By Aubrey Quinn, Vice President, Clyde Group
In 2003 I had my first child—and I also had the all-too-common experience of learning that my workplace didn’t have a maternity policy
. My boss “generously” offered me 12 weeks of unpaid leave; I could afford to take three. Upon my too quick return to work, I tried pumping in a bathroom stall, which was inconvenient and embarrassing. The advertising agency I worked at felt more like an episode of “Mad Men” than a 21st century workplace.
Now, 15 years later, I’ve had more kids, more jobs and more horror stories of organizations that simply don’t know how to handle working mothers
—including a breastfeeding company that had a policy against bringing kids to the office. True story. Too many firms use “family-friendly” as a buzzword, instead of a serious approach to their company culture
When I joined Clyde Group as vice president in 2016, the communications and public affairs agency was just over a year old and most of the HR policies hadn’t been determined. I have the enviable opportunity to define the culture and set the standard for future employees, many of whom will be working parents one day. I view this not just as a personal mission but a growth imperative.
So as a mother and a manager, here are some steps I’d suggest to make your workplace “family-friendly” in its culture and policies:
Talk to parents
One of the first lessons of PR is know your audience
. Start by having a conversation with working parents—both with parents in your office and those in your social circles. Talk to single parents, parents with a stay-at-home partner, adoptive parents, and families with two working parents. Ask what they need for a healthy parenting/workplace balance.
First comes baby…
Consider your maternity leave policy—do you have one? Is it good? Does it include adoptive leave? Paternity leave? Make it clear that your organization supports the entire family. Put a good family leave policy in place and back it up with a comfortable, private and well-equipped nursing lounge for mom when she returns.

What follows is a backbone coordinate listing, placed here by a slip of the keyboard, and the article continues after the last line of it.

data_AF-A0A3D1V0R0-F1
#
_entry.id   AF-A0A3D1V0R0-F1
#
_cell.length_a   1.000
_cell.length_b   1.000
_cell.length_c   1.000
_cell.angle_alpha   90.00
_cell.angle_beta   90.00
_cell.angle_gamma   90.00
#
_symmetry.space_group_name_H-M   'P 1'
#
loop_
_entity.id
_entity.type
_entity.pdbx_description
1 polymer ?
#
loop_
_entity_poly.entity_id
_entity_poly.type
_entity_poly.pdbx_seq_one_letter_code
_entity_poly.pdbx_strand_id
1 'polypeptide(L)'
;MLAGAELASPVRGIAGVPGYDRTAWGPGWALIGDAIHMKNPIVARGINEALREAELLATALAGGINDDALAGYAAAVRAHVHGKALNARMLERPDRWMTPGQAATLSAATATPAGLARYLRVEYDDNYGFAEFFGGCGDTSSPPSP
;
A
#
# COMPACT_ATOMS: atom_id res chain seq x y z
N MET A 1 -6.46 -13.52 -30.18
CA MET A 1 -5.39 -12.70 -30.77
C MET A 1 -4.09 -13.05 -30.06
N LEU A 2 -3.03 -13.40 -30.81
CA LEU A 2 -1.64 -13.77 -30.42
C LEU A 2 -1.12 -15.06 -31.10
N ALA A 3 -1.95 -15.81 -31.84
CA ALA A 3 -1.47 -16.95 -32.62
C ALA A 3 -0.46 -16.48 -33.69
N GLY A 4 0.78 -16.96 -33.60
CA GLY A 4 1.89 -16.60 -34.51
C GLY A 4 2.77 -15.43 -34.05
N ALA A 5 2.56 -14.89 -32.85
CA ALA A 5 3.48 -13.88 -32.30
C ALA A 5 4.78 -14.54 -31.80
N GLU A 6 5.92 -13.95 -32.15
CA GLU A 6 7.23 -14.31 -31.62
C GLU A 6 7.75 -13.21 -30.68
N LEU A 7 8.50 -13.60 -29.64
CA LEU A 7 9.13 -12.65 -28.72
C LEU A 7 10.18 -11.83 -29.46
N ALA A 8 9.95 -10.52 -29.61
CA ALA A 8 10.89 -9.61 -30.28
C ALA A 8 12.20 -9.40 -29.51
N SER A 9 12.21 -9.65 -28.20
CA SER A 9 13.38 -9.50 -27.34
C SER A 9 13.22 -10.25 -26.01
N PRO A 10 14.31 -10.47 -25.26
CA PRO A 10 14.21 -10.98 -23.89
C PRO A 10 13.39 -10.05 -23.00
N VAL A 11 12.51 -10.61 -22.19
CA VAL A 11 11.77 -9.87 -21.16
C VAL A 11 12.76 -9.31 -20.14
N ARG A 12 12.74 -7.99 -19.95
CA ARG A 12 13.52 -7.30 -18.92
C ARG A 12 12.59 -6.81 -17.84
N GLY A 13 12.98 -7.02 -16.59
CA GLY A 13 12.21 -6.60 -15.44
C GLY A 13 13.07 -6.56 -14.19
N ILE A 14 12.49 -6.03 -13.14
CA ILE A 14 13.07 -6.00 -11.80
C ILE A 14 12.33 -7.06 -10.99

…then comes doctor appointments, field trips, parent-teacher conferences, little league…
Most “extracurriculars” are inconveniently scheduled between 9am-5pm. No parent wants to choose between pitching reporters and watching their kid pitch the little league season opener. So give them some breathing room when they head to the elevator at 4:30pm during baseball season, and be understanding if they have sick children or doctor appointments.
No guilt trips
It’s that simple. Every working parent feels torn between work and family. If someone asks for time off for their kids, nothing you say will make them feel worse than they already do. On the flip side, if parents stay extra late at work or finish a new business proposal over a weekend, recognize that they chose their job over family dinner, bedtime stories or a weekend soccer game and be sure to thank them.
Be kid friendly
Create an environment where it okay to bring in the kids on occasion. At Clyde Group if I can’t find a sitter, it’s not the end of the world to have my 11-year-old visit for the day. My kids think coming into the office is a special occasion—they LOVE my coworkers. Plus, they get to see their mom in action; it’s important to me that my sons and daughter see that I’m working hard to support them.
Wire your office so working parents can work remotely. Set up video chat so they can be a part of meetings. Use file sharing systems so they don’t miss a beat, even when they’re out of the office. Pay for their monthly cell phone bill so they have email and text, and can stay online while they’re working.
Allow them to go completely dark
Let working parents go completely dark when they’re sick or on vacation—yes that applies when a client “crisis” pops up. Trust your staff to say, “I can manage both right now so keep the emails coming” or “Go away, I need to be in mom mode.”
Clients are parents, too
Your “office” mom or dad often takes on even more responsibility when they get home. Be mindful of which clients and partners you work with who are parents, and be considerate of their family needs. Want to go the extra mile? Send cards for Mother’s Day and Father’s Day—they won’t just thank you for it, they’ll love you for it. This year, we sent Mother’s Day bouquets to our clients because we wanted them to know we recognize how challenging it is to “have it all,” and that we appreciate the work they do alongside us every day.
Set the example
If you are in a position of authority, eyes are on you. Lead by example. If you have kids, leave the office to see the afternoon chorus concert AND tell people that’s what you’re doing. Let your office know it’s okay to be a parent, and that family truly does come first.
Clyde Group just announced a new policy of eight weeks of paid and four additional weeks of unpaid “new parent” leave. They also cover the cost of a monthly housecleaner for the first year of a new child’s life. Beyond that, Clyde Group allows employees to bring their kids to work when childcare falls through, offers generous PTO leave—including a five-week sabbatical after five years with the firm—and allows employees to work remotely as needed.
This piece originally appeared on Agility PR Solutions.